Employment referencing: everything you need to know
Harriet O’Neill, May 22nd 2024

You’ve sifted through a mountain of CV’s, hosted some promising interviews, and now it’s decision time. But wait, hold up! Before you stamp the ‘You’re Hired!’ seal of approval, there’s a step you’ve missed out. Employment referencing. But is referencing as important as everyone makes out? Is it sensible to make a job offer without collecting references?

We’ve explored the world of referencing, the pros and cons, and whether it’s the right thing to include in your hiring process.

What does the law say about referencing?

In the UK, no employer is required to give a reference, unless they have agreed to do so in writing. If an employer does decide to share a reference with you, the main rule is that all information provided is true. The referee is not permitted to add any unfair or misleading information. Employment references can either be a character or work reference, and the amount of detail given is completely up to the person providing it.

What kind of information is usually asked for in a reference?

Work reference:

  • The employee's job title
  • Dates of employment
  • Details about their skills, ability and experience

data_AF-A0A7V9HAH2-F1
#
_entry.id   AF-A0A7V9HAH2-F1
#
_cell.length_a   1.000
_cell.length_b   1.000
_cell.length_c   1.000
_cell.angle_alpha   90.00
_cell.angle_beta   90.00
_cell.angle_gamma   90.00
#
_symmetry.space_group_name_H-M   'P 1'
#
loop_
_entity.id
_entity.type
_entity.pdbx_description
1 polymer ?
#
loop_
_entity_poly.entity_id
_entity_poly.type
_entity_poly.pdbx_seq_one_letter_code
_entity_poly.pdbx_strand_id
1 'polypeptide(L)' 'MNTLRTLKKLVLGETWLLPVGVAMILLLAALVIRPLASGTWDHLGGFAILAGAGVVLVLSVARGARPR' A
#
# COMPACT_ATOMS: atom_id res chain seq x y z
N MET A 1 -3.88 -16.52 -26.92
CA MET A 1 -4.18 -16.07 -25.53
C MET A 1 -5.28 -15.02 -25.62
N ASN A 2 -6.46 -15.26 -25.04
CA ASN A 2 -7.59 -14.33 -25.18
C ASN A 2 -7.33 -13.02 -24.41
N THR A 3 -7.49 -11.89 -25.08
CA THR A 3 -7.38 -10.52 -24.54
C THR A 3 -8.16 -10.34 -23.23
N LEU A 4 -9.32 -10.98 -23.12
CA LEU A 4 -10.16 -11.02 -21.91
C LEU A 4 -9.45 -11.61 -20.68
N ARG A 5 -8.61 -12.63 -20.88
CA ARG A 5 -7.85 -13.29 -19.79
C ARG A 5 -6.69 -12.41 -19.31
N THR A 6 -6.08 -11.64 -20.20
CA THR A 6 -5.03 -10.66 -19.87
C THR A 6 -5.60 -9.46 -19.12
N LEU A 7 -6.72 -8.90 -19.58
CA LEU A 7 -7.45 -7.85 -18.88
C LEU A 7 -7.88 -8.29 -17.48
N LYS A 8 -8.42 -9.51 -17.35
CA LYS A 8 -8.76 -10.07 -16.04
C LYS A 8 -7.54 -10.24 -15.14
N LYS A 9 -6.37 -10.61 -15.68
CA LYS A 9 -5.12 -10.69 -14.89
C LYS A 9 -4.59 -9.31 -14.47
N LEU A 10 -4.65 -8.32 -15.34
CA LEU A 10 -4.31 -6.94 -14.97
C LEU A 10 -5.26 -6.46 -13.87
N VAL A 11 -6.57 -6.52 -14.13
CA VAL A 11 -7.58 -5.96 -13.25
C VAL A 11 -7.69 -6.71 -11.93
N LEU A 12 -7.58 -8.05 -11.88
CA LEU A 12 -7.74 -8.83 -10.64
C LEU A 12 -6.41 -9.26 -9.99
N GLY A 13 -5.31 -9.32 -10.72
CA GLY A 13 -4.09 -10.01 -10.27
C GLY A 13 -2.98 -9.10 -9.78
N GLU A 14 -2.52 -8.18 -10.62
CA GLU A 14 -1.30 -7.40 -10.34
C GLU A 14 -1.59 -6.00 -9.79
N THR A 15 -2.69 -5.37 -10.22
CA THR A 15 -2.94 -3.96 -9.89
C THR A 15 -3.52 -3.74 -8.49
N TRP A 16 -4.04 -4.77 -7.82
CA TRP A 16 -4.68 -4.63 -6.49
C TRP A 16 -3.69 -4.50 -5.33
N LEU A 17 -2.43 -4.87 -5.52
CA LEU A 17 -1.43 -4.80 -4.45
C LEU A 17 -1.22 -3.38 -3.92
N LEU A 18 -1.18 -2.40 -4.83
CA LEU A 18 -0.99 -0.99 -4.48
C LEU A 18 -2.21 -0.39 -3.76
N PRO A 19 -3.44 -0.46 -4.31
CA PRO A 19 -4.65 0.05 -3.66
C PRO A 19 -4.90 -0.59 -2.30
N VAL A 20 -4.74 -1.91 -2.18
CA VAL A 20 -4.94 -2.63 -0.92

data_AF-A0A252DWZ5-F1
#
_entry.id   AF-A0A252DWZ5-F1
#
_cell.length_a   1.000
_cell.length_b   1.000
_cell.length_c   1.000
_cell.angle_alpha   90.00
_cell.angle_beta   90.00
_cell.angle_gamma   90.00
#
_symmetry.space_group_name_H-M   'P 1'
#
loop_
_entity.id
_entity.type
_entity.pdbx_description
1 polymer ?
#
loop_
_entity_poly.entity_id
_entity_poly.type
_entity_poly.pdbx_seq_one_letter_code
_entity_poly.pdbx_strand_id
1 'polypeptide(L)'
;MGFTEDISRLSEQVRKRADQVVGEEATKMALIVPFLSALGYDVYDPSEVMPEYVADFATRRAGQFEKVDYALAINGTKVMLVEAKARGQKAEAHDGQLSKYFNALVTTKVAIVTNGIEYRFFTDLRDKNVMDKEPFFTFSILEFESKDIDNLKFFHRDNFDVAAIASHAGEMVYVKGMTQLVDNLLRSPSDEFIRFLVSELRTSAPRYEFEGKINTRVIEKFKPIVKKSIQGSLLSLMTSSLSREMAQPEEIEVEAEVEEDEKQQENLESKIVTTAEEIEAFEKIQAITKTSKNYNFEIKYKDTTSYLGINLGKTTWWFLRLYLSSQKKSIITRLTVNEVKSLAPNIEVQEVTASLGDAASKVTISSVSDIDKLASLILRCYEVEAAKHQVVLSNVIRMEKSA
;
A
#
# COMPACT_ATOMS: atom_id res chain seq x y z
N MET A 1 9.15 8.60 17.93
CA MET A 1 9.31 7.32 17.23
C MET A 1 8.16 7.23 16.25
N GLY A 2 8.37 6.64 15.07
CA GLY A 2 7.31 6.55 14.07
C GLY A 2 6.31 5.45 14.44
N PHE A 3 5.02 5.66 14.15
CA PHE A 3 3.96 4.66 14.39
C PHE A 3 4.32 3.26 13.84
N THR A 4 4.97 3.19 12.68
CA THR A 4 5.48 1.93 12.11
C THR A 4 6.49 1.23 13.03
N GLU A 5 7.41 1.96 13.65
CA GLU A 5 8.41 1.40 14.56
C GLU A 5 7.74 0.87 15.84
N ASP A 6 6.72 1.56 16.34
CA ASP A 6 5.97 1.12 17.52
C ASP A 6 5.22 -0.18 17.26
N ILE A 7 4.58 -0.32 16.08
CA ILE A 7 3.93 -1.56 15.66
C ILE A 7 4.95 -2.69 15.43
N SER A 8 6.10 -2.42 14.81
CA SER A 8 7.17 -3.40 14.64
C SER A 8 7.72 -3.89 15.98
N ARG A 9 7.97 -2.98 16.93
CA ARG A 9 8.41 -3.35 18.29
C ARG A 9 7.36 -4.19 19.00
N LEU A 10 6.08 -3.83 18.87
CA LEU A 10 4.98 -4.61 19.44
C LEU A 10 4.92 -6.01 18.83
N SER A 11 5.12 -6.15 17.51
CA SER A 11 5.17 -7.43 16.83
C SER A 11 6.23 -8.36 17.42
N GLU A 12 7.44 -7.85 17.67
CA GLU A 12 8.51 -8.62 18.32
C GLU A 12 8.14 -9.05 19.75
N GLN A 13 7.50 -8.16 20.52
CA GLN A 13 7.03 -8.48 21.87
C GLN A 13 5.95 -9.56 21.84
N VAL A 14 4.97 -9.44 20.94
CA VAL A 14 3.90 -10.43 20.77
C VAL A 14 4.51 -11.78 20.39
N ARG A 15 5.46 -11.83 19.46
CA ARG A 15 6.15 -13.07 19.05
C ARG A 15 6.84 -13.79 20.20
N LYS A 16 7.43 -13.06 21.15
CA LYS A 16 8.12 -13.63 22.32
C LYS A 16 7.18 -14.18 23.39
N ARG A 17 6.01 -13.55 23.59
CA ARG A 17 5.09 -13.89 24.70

• Any current, relevant disciplinary records
  • The reasons for leaving the job

Character reference:

  • How the person writing the reference knows the applicant
  • How long they've known them
  • Details about the applicant's character and personal strengths
  • The applicant's suitability for the new role

What are the pros and cons of employee referencing?


Additional perspective: The additional perspective that references can give are a big positive. You can learn about the candidate’s soft skills and personal interactions, allowing you to assess whether they’ll be a good fit for your business.

Verification: Aside from learning more about the candidate’s character, carrying out references can be good for providing you with simple verification (or peace of mind). Does the candidate have the qualifications they say they do? Do they have the experience of working with the tools they mentioned? Can they really speak 5 languages? A reference can help you get the simple yes or no you’re searching for.


Subjectivity: One of the biggest downfalls of references is the fact that they’re inherently subjective. The quality of a reference will be linked directly to the relationship of the candidate and referee, therefore making them prone to positive or negative bias.

Lack of detail: By their very nature, references lack detail. A reference will generally only provide you with a very small snippet of information on the candidate and won’t fully reflect the candidate’s ability or potential.

Time-consuming: Finally, references take up time. Valuable time. With candidate experience being essential to making a good hire, reference checks add an additional layer to your hiring process and slow things down. This could put you at risk of losing the candidate to an employer with a shorter interview process.